Former German chancellor Gerhard Schroeder speaking at the Jeju Forum called upon Korean politicians to forsake career interests upon reunification. Photo courtesy Jeju Sori
Former German chancellor Gerhard Schroeder called upon Korean politicians to forsake career interests for successful reunification at the Jeju Forum for Peace and Prosperity, May 21.
At Special Session II in the Grand Ballroom of the Haevichi Hotel & Resort, Schroeder said he effectively sacrificed political power to implement essential reforms unpopular at the ballot box.
“There was a consensus of the need for reform, but we still lost the election. Who wants to lose the elections? But if it is a must for the development of the country then you must take it.”
Schroeder was in conversation with former Korean ambassador to China Youngse Kwon as he reminisced on his role in instituting the Agenda 2010 reforms during his time in office.
Despite facing strong opposition, the reforms targeted a flexible labor market, social welfare overhaul, tax cuts and deregulation to kickstart a flailing economy.
Schroeder, in power from 1998 to 2005, saw the effects of his reforms the year after he left office as the economy grew 2.7 percent and unemployment fell from 5 million to 3 million.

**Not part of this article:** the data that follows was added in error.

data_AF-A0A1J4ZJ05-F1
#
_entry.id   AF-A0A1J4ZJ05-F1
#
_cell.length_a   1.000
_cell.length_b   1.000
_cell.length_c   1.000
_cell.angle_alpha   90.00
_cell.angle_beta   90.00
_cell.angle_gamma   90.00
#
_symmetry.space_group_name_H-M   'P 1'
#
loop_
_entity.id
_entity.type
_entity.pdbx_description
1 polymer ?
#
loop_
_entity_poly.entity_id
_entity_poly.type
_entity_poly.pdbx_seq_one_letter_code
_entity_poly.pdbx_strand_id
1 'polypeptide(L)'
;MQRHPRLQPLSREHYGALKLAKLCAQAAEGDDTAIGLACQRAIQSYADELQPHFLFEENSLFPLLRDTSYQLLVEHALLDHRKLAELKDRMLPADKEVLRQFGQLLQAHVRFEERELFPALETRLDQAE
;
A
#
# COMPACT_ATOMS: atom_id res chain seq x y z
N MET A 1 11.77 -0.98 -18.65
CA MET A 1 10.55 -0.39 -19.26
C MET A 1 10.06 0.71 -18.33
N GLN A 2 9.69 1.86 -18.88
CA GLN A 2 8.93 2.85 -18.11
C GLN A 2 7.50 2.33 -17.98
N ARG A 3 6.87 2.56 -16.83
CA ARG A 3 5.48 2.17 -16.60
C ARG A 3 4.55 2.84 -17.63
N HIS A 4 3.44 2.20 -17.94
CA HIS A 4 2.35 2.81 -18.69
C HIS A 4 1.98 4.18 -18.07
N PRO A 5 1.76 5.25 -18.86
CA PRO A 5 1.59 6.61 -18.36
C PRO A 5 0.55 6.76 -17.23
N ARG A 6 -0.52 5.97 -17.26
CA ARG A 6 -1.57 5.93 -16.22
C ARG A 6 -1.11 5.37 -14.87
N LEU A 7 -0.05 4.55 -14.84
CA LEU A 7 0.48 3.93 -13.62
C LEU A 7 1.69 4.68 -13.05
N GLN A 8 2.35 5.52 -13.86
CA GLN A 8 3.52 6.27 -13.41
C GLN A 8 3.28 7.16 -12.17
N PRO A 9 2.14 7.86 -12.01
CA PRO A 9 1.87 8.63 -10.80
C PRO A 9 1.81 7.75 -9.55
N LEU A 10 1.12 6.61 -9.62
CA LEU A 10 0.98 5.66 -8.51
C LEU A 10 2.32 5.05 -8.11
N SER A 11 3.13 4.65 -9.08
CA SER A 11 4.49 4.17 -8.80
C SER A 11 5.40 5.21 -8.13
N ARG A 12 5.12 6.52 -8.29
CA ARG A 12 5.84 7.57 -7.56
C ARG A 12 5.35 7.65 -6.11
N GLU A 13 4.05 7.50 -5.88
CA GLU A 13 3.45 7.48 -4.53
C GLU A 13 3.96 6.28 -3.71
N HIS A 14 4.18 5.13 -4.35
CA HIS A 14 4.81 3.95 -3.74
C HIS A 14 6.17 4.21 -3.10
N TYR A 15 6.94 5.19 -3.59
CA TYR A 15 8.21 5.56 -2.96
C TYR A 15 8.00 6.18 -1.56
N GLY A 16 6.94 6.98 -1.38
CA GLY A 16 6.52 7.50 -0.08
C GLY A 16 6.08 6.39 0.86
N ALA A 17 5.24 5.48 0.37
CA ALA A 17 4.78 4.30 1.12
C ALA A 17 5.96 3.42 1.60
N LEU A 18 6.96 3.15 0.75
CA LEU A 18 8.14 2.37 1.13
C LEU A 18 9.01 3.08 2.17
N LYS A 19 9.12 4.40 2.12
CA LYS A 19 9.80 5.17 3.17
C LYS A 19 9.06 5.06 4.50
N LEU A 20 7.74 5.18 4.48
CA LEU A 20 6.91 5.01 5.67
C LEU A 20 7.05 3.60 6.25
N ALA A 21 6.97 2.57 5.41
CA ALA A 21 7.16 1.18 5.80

Coming more than a decade after reunification, Schroeder urged Koreans not to dither in drawing up their own reforms, adding that politicians must be decisive and take risks.
“Political parties are subordinated to the state. In a democratic state you need to be courageous, but you will be successful in the end,” said the statesman.
SMEs and labor key to reunification
Germany recovered from the shock of reunification to become the strongest economy in Europe, something Schroeder puts down to a strong manufacturing base, dual vocational-standard education system and, crucially, cooperation between organized labor and management.
“Corporations engaged in reform, especially SMEs, the backbone of the German economy, were crucial. Being rooted in local communities and innovative, they were able to improve profitability and competitiveness on the global stage.’”
Suggesting lessons for Korea’s conglomerate-dominated economy, Schroeder emphasized the importance of SME independence from large conglomerates and consultation between workers and managers in decision-making.
“SMEs were standalone from the large conglomerates. That was a very important point. SME competitiveness must be advanced and they must function as standalone entities with workers able to voice their opinions in the decision-making process.”
The former chancellor added massive investment and social welfare equalization was the only way “to stop massive migration" from East to West at the time, something even more important for South Korea in light of North Korea’s “backward” economy.
No changes for now
Schroeder ended the discussion grounded in the geopolitical present, stating that despite the dire human rights situation in the North, he sees no changes on the horizon due to China’s role in propping up Pyongyang.
“China, in the long term, would want the NK regime to continue existing in my personal view, as China sees benefit in the North Korean regime’s existence. So could peaceful reunification get a green light from China? I don’t think so.”
ⓒ Jeju Weekly 2009 (http://www.jejuweekly.com)
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